A note on our trade
Newspapers (and especially blogs) don’t pretend to be history treatises. We are constrained by enormous pressures of time. An example of that was the story I did last week on Cowen’s speech. He began his delivery . at 8.10. It ran until nearly 8.30pm. I had to hotfoot it back to the office. I arrived back at 8.50pm. I then had to write a 650 word story on the speech from notes and had to do it in 20 minutes to make the 9.10pm deadline for the international edition. That’s getting the intro right.. making sure you get it all the major points he made… and all the quotes. That is as momentary, as ‘of the moment’ as you can get in print.
And the media is of the moment. People sometimes describe newspapers as the first draft of history. I have always believed that to be too grand a claim for what we do. We churn. And turn out the product every day.When we report on a political event or occurrence, we usually confine ourselves to the event itself, with not a huge amount of context. Of course, it will be put into a frame… bad month, good autumn,u-turn, backslide etc.
A statement we political hacks often make to each other after an event or controversy or decision or the bottling of a decision is:
That really looks bad for so-and-so politicain, doesn’t it.
In other words, the politician is damaged by a gaffe, or a failure to take action, or the inability to quell a rebellion, or a populist decision, or a non-populist decision, or a general vive of inertia or ineptitude.
Take your pick. Your average Joe Schmo political part leader probably runs through the whole shooting gallery in a month.But it’s very rare to assess that damage in the context of an entire political career. It’s a spell of three home losses in a 42-game season. It causes temporary concern but rarely is it career-threatening.
Why do I write all this? Cowen had a good week last week. He’s had months of bad weeks and a couple of grotesque ones when he seemed paralysed by inertia. I write this because a couple of people who emailed me about the ‘lad done well’ story got into “Who Fears to Speak of ’98″ mode. In other words, how dare you praise Cowen for doing anything because he’s the guy who got us into that mess in the first place by presiding over the orgy of greed when Minister for Finance between 2004 and 2008.
The general point that is being made is fair. But the expectation that when writing anything about Cowen we must necessarily back-refer to this previous record at each and every turn is not. The nature of our work is that we assess how Cowen and Kenny and Gilmore and others cope with the here and now. We must report on the events that occur now within their own limits and within their own circumstances, all while operating under the constraints of time and space (that does not really give you much time to sit back and think fine Platonic thoughts).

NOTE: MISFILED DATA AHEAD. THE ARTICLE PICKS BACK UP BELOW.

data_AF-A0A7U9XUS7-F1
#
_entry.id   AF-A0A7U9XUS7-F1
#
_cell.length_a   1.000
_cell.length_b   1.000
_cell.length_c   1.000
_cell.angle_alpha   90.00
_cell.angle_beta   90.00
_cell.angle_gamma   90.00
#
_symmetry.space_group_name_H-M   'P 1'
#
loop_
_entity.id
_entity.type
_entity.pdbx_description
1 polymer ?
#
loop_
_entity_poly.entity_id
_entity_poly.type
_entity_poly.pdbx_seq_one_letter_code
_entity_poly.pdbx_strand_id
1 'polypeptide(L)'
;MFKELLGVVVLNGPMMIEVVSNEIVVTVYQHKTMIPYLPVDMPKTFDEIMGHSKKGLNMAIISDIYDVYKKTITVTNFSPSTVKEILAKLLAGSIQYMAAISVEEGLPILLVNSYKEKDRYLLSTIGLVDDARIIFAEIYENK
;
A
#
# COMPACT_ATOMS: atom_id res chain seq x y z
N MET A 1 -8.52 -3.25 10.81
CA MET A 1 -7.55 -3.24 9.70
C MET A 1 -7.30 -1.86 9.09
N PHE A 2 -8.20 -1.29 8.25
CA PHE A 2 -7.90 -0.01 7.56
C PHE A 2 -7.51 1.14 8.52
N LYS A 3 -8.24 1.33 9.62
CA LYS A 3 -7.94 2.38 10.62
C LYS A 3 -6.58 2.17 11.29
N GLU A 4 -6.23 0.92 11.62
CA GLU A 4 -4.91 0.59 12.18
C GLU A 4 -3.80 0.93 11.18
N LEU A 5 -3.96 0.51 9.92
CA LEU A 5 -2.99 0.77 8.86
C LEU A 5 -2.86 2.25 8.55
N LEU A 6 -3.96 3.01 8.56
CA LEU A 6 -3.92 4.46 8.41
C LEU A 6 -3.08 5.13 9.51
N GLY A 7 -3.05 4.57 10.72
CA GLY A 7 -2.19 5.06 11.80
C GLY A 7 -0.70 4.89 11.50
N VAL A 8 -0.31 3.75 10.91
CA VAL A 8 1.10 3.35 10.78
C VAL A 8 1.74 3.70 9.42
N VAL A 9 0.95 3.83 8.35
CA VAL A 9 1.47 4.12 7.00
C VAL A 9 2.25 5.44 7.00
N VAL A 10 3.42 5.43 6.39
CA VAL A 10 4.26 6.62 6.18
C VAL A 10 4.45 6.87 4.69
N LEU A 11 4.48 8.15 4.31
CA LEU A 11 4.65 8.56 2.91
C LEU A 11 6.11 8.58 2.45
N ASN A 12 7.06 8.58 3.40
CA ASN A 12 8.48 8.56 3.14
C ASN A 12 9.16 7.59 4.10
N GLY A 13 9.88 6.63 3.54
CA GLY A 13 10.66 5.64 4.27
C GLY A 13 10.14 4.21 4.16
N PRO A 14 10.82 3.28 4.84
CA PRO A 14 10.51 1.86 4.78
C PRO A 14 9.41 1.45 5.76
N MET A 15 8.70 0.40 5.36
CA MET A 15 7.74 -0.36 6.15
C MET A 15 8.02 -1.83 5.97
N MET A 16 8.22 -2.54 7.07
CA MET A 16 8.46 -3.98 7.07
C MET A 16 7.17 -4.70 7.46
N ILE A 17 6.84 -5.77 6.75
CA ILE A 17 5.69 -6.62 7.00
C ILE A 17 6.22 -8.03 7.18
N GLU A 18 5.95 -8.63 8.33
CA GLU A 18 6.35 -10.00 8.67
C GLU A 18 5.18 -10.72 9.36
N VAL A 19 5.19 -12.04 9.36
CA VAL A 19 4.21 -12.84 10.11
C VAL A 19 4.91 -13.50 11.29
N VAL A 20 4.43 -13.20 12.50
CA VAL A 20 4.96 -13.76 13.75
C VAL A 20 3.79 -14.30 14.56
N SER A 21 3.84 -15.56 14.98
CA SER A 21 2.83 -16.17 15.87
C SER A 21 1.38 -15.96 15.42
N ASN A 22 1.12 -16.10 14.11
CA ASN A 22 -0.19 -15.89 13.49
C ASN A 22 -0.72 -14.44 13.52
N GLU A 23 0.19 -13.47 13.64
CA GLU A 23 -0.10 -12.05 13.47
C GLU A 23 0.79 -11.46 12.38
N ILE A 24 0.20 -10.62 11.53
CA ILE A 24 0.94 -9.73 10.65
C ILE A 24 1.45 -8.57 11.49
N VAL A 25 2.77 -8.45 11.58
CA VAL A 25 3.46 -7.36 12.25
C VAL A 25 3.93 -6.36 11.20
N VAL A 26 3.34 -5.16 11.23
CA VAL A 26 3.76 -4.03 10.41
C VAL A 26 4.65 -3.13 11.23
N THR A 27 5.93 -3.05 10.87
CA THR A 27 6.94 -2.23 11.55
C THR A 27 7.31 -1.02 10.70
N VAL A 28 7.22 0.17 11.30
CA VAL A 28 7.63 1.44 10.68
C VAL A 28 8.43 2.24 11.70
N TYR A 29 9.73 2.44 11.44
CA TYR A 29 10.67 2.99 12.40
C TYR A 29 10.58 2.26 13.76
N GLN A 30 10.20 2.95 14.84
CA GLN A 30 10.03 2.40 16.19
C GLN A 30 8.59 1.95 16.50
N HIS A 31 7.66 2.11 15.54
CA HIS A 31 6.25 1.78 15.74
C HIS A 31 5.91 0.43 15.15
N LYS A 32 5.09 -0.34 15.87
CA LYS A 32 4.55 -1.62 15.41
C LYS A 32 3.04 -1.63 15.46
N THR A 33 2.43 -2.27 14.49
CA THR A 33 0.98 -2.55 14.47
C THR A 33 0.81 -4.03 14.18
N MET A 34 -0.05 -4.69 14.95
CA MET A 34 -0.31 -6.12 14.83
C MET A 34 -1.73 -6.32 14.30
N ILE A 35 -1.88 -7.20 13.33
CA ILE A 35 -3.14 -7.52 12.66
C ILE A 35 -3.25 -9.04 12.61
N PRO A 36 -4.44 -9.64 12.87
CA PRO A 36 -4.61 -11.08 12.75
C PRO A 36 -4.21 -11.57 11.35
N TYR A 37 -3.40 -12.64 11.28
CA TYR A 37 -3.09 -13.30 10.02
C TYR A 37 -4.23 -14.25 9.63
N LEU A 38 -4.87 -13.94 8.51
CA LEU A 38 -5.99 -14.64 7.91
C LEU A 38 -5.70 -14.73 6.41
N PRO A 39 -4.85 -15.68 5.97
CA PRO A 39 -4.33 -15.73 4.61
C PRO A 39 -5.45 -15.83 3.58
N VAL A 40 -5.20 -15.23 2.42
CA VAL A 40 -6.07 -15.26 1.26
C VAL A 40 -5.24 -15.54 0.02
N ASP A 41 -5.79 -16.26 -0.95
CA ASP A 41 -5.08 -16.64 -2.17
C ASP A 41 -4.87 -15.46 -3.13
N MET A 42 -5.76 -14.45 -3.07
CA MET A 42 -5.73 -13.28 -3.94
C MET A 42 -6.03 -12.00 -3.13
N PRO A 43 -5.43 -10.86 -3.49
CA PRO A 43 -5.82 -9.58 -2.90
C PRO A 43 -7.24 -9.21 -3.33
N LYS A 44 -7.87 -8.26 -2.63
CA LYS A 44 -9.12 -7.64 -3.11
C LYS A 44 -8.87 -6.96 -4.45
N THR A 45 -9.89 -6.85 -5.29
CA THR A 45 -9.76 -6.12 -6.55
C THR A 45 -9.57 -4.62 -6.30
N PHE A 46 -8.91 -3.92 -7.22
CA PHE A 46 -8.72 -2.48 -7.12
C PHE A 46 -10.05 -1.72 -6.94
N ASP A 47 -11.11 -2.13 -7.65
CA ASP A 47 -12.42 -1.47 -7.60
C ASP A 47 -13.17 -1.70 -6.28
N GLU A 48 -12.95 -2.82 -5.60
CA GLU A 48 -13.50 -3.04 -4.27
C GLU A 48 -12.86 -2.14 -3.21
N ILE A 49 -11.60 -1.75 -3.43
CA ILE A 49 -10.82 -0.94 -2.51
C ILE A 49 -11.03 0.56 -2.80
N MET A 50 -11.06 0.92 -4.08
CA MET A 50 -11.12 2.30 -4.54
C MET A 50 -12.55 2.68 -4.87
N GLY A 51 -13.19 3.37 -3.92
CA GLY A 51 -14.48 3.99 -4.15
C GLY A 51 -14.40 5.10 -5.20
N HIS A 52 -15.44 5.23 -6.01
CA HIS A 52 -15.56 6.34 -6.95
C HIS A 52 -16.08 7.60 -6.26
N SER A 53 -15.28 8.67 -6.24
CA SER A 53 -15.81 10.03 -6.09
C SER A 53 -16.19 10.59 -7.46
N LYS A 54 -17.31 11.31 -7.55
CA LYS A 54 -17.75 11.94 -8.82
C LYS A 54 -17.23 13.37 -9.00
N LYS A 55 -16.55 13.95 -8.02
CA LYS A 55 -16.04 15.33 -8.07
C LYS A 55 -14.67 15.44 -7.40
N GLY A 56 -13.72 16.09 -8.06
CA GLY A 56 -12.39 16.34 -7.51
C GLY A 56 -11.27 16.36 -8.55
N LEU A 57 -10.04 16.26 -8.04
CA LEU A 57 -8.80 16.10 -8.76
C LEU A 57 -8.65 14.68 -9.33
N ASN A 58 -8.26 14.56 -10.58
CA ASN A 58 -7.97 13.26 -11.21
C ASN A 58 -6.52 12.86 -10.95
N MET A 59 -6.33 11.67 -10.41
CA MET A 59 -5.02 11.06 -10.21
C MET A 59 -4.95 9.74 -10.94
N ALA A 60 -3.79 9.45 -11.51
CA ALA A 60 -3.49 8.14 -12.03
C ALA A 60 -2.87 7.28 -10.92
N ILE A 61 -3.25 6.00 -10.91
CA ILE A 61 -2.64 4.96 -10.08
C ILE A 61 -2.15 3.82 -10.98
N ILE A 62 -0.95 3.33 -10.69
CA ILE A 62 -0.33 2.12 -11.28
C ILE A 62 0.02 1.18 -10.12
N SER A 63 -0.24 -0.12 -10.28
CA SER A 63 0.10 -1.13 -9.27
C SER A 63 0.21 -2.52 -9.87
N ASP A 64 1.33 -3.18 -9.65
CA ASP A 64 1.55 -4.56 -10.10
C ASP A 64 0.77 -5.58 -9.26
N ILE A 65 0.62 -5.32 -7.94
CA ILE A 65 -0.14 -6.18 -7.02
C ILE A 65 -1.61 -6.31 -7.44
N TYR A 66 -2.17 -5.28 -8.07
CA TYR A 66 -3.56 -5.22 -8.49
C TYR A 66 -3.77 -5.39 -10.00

It’s not quite a case-by-case basis of doing things. But if you were to include the context that some emailers have demanded, it would not take congisance of changing circumstances, of events, of efforts made to remedy past mistakes. Ultimately when Cowen is judged on how he handled the economic criss as Taoiseach, the question will be asked about whether or not his previous profligacy made him the author of his own misfortunes. But to demand to put that handicap on his (or on anybody else’s) back each and every time you write about them is unreasonable, in my view.
Seamus Heaney was criticised for not taking strong enough stances on the Northern troubles in the 1970s and self-mocked himself a little with the nickname of Tacitus. But Tacitus can be good especially when we are describing events that are fluid, inchoate, unfinished and without resolution. I am almost allergic to a particularly shrill brand of cocksure opinion (especially the spoofers who are ram-rodding home their ‘solutions’ to the financial crisis) or to populist ranting (like Dunphy on the Late Late on Friday night). When you read it months and years later, you realise how silly and self-serving a lot of it is.
Is Cowen a good Taoiseach or a bad Taoiseach? Will his time as Minister for Finance come back to haunt him? Sorry for being such a boring drudge but it’s still too early to say. We can say with certainty that he hasn’t been as good as the eulogies of last summer suggested. We can also say that his performance of last week doesn’t necessarily mean he’s a beaten docket either. We can also say too that his communications’ strategy has been poor.
These are the events and speeches and pronouncements and controversies we cover each day. We can’t – and I hope, don’t – pretend to be omniscient in our reporting, though we strive to be 100 per cent accurate. Our opinion pieces can’t pretend to have the wisdom of introspection and retrospection that comes with disinterested analysis of events that have occurred, that are complete, that are finished.
There, now I’ve got that off my chest!